This version was written at the request of New America Media.
China’s president Xi Jinping will be visiting the U.S. later this month. He will be in Washington for his first formal state visit. A lot could be riding on this summit between President Obama and Xi, or not at all. Much will depend on how Obama chooses to orchestrate the proceedings.
China’s ambassador Cui Tiankai has been diligently speaking and writing about Xi’s visit as part of the effort to tee up the high profile event. Susan Rice, Obama’s national security advisor even made a special trip to Beijing to meet with Xi as part of the preparation for the upcoming visit. Rice expressed hope for achieving a “milestone” in the bilateral relations as an outcome of the summit to come.
Obviously, both sides appreciate the importance of the summit with respect to the U.S. China relationship and the importance of the bilateral relations to ensuring a stable world.
The pomp surrounding the ceremonial state visit won’t likely remind anyone of the spectacular opening ceremony of the 2008 Olympics. However, the substance to come out of the Washington summit could be unprecedented and make history if Obama were up to making the necessary bold moves.
Since Obama began his presidency, his contribution to world peace and stability has, to put it mildly, fallen far short of what’s expected of a Nobel Peace prize recipient—a premature award at the beginning of his presidency that merely serves to remind us of his foreign policy stumbles. Destabilized Libya, Egypt, Syria, Ukraine and emergence of ISIS, along with Afghanistan and Iraq as festering canker sores, are all taking place under his watch.
Lately, based on his initiative to normalize relations with Cuba and strike a nuclear accord with Iran, Obama seems finally willing to take independent action over conventional thinking. It’s possible that leaving a more positive legacy to his presidency now commands a far higher priority than getting along with his critics. If so, his actions toward China could make a material difference in how history will view his presidency.
Heretofore his policy with China has been on par with his other foreign policy forays, namely a few ups but many more downs. His inviting Xi in 2013 to an informal summit in Sunnylands could have laid a foundation for a string of collaborations but the opportunity was frittered away by a subsequent series of highly publicized accusations and confrontations.
He is in danger of becoming the first president since Nixon visited China to leave the bilateral relations in a worse shape than when he found it.
With Xi’s state visit, Obama has the opportunity to dramatically rectify the trajectory and significantly improve the bilateral relations, perhaps to even claim achieving the milestone hoped for by Rice.
Xi has steadfastly asserted that China has no desire to be a rival much less an adversary of the U.S., but up to now Obama and Washington have insisted on treating China as a potential enemy.
Thus, the first gesture of reconciliation Obama can take is to tell Xi that he will stop flying surveillance flights off the coast of China. Both sides understand that the surveillance flights have largely been symbolic trappings of the aggressive prerogative of a super power. His offer to stop the flights will be a big boost to building mutual confidence and give Xi a lot of face when he goes back to China.
Next, the highest priority in Xi’s agenda is to complete his anti-corruption drive at home and he has been frustrated by the relative ease corrupt officials have in fleeing to the U.S. By offering to stop admitting Chinese fugitives and help apprehend those already in the U.S., Obama would be providing enormous assistance to Xi. At the same time, Obama can take a principled stand that America is not a safe haven for crooked officials.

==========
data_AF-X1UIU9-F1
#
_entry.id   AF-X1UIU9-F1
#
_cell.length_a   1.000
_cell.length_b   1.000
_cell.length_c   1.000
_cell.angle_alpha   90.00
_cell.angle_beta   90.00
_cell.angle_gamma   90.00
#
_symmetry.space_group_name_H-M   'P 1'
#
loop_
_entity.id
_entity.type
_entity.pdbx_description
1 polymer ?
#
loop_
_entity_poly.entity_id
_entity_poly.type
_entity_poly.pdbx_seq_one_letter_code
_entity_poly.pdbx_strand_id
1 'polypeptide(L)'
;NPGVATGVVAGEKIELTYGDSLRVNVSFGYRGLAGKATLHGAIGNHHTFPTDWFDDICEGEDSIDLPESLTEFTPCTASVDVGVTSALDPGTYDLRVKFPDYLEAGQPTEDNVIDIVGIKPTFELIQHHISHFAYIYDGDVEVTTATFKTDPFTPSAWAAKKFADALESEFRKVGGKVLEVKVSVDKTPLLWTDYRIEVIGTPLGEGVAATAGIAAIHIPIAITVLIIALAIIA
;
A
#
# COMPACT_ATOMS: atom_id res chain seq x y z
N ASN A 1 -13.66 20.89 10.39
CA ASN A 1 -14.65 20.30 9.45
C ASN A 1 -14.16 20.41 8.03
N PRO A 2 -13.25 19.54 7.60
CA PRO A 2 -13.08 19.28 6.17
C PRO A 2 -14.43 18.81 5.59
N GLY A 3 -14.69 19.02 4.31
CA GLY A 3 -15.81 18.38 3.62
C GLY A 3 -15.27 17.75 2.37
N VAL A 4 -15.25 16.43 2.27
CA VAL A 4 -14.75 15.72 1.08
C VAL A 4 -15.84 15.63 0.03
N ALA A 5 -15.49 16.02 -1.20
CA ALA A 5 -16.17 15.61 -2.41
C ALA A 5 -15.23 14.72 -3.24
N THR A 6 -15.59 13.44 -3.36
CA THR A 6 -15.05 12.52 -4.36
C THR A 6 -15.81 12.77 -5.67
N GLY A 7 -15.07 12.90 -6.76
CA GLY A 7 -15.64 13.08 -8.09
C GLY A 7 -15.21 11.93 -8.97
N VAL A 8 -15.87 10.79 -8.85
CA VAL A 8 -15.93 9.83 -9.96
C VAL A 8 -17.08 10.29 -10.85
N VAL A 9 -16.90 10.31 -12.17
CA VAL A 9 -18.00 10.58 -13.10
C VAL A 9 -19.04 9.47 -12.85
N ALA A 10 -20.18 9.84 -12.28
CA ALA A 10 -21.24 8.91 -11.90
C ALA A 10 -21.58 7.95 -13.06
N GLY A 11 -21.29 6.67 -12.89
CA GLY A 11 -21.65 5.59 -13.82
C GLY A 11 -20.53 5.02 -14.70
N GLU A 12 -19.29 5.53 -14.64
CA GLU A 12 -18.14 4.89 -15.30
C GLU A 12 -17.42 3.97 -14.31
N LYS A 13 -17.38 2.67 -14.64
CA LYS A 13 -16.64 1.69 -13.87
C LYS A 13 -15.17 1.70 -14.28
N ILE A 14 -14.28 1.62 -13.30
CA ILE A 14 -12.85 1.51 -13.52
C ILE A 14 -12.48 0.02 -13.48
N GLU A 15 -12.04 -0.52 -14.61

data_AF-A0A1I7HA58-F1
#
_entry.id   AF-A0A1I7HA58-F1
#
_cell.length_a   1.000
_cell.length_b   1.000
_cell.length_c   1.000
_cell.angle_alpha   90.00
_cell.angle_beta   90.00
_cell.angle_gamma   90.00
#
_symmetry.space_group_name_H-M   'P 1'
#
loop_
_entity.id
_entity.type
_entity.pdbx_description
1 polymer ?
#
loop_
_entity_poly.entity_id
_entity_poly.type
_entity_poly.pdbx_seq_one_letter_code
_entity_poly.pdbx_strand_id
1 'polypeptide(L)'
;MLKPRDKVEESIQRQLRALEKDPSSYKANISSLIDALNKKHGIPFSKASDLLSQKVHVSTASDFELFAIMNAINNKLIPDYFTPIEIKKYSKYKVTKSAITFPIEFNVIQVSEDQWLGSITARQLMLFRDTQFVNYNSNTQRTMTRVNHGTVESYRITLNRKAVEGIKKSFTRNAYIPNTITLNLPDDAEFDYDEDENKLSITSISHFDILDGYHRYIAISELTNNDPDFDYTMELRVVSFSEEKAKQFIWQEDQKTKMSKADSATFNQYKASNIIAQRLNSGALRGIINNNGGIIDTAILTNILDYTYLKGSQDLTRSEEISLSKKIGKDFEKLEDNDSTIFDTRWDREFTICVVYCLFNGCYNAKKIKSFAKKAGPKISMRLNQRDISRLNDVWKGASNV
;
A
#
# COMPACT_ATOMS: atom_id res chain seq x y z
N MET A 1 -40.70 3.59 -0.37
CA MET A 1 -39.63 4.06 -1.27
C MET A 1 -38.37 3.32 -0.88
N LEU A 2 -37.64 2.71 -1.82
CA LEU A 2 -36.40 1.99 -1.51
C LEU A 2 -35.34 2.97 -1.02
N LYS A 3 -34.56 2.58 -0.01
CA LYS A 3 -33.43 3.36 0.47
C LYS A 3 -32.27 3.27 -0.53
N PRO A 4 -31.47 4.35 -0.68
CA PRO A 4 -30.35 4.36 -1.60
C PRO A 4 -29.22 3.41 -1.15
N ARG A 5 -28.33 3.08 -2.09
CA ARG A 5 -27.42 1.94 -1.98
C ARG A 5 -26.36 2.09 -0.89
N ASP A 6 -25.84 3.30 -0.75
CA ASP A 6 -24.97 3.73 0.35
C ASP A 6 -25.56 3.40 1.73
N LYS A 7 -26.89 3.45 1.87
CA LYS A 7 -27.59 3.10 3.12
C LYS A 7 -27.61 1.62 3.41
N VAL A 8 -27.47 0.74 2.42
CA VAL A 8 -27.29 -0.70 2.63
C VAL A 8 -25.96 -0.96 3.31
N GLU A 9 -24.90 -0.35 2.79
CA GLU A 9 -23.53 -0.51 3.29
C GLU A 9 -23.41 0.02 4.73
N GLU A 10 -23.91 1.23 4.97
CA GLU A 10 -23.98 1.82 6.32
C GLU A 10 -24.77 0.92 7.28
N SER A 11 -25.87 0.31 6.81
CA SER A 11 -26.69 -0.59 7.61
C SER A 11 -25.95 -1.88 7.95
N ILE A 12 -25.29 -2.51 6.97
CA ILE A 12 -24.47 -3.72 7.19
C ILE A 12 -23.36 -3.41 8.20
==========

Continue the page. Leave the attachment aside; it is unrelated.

When Xi announced the formation of the Asia Infrastructure Investment Bank and the “one belt, one road” economic initiative, Obama committed an embarrassing gaff by telling the world not to join the bank. Only Japan listened while 57 other countries including America’s closest allies--among them Australia, South Korea and U.K.--became founding member nations. On the occasion of the summit, Obama should congratulate Xi for his vision and offer to cooperate in the economic development of Asia.
The aforementioned three initiatives are well within Obama’s power to render at the summit meeting and each of them will make a positive impression on Xi and lessen the strain in the bilateral relationship. Even more dramatic and within Obama’s authority is to propose to Xi that China and the U.S. along with S. Korea begin to explore steps that would denuclearize the Korean peninsula.
Up to now six party talks have gotten nowhere because North Korea knows China cannot let its regime implode. As matters stand, while China could welcome the unification of the two Koreas, China could not stand having American military presence in the north. Therefore, if Obama were willing to withdraw American troops from Korea, the North would no longer be able to hold China hostage.
Beijing and Seoul get along as well as Seoul with Washington. Once the three parties see eye to eye on dealing with the North, Pyongyang will either have to moderate their belligerent posture or face real prospects of a regime change.
In untying the Gordian knot that has been North Korea, Obama will have accomplished something that has eluded all seven of U.S. presidents that preceded him. He will be able to claim a spectacular foreign policy win and leave a legacy of his presidency worthy of a Nobel Peace prize laureate. Moreover, he will finally set a course for collaboration instead of confrontation between China and the U.S.